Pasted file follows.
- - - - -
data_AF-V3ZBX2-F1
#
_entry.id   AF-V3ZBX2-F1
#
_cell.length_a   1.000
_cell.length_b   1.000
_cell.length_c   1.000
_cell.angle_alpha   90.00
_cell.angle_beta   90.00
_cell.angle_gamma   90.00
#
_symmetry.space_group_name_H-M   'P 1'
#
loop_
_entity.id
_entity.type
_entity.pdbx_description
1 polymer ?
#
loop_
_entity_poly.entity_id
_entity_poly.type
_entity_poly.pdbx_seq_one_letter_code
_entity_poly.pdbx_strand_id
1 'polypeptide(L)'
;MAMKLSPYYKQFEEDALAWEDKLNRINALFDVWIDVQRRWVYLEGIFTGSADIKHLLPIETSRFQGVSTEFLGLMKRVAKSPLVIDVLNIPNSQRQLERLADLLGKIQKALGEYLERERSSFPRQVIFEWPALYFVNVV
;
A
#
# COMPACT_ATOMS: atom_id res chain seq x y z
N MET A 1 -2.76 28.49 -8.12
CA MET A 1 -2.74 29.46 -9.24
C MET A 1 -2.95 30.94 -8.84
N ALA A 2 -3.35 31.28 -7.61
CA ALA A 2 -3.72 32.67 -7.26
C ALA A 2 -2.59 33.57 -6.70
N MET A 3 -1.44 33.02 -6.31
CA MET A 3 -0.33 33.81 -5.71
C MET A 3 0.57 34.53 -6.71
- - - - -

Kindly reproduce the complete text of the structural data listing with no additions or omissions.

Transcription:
data_AF-V3ZBX2-F1
#
_entry.id   AF-V3ZBX2-F1
#
_cell.length_a   1.000
_cell.length_b   1.000
_cell.length_c   1.000
_cell.angle_alpha   90.00
_cell.angle_beta   90.00
_cell.angle_gamma   90.00
#
_symmetry.space_group_name_H-M   'P 1'
#
loop_
_entity.id
_entity.type
_entity.pdbx_description
1 polymer ?
#
loop_
_entity_poly.entity_id
_entity_poly.type
_entity_poly.pdbx_seq_one_letter_code
_entity_poly.pdbx_strand_id
1 'polypeptide(L)'
;MAMKLSPYYKQFEEDALAWEDKLNRINALFDVWIDVQRRWVYLEGIFTGSADIKHLLPIETSRFQGVSTEFLGLMKRVAKSPLVIDVLNIPNSQRQLERLADLLGKIQKALGEYLERERSSFPRQVIFEWPALYFVNVV
;
A
#
# COMPACT_ATOMS: atom_id res chain seq x y z
N MET A 1 -2.76 28.49 -8.12
CA MET A 1 -2.74 29.46 -9.24
C MET A 1 -2.95 30.94 -8.84
N ALA A 2 -3.35 31.28 -7.61
CA ALA A 2 -3.72 32.67 -7.26
C ALA A 2 -2.59 33.57 -6.70
N MET A 3 -1.44 33.02 -6.31
CA MET A 3 -0.33 33.81 -5.71
C MET A 3 0.57 34.53 -6.71